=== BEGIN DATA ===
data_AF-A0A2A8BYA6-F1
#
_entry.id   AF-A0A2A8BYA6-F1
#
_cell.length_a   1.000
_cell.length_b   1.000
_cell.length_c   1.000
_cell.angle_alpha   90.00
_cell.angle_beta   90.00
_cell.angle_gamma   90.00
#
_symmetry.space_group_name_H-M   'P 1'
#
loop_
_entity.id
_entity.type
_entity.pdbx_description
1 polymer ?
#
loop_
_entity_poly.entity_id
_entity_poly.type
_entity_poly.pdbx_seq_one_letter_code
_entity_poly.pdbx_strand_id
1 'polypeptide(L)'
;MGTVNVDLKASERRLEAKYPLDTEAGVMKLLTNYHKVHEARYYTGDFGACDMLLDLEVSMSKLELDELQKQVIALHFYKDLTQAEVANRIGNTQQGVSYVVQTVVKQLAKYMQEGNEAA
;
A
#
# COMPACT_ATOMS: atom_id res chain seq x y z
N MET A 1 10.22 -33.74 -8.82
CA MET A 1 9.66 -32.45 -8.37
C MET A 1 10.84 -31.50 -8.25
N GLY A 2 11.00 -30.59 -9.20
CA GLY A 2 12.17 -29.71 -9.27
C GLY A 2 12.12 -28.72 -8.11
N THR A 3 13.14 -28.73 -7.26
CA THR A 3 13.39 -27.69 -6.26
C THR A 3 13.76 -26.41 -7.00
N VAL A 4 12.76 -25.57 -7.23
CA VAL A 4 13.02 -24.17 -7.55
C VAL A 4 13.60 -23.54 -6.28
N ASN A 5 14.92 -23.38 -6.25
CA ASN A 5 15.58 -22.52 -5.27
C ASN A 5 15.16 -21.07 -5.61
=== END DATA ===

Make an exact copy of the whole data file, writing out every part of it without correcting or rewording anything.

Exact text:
data_AF-A0A2A8BYA6-F1
#
_entry.id   AF-A0A2A8BYA6-F1
#
_cell.length_a   1.000
_cell.length_b   1.000
_cell.length_c   1.000
_cell.angle_alpha   90.00
_cell.angle_beta   90.00
_cell.angle_gamma   90.00
#
_symmetry.space_group_name_H-M   'P 1'
#
loop_
_entity.id
_entity.type
_entity.pdbx_description
1 polymer ?
#
loop_
_entity_poly.entity_id
_entity_poly.type
_entity_poly.pdbx_seq_one_letter_code
_entity_poly.pdbx_strand_id
1 'polypeptide(L)'
;MGTVNVDLKASERRLEAKYPLDTEAGVMKLLTNYHKVHEARYYTGDFGACDMLLDLEVSMSKLELDELQKQVIALHFYKDLTQAEVANRIGNTQQGVSYVVQTVVKQLAKYMQEGNEAA
;
A
#
# COMPACT_ATOMS: atom_id res chain seq x y z
N MET A 1 10.22 -33.74 -8.82
CA MET A 1 9.66 -32.45 -8.37
C MET A 1 10.84 -31.50 -8.25
N GLY A 2 11.00 -30.59 -9.20
CA GLY A 2 12.17 -29.71 -9.27
C GLY A 2 12.12 -28.72 -8.11
N THR A 3 13.14 -28.73 -7.26
CA THR A 3 13.39 -27.69 -6.26
C THR A 3 13.76 -26.41 -7.00
N VAL A 4 12.76 -25.57 -7.23
CA VAL A 4 13.02 -24.17 -7.55
C VAL A 4 13.60 -23.54 -6.28
N ASN A 5 14.92 -23.38 -6.25
CA ASN A 5 15.58 -22.52 -5.27
C ASN A 5 15.16 -21.07 -5.61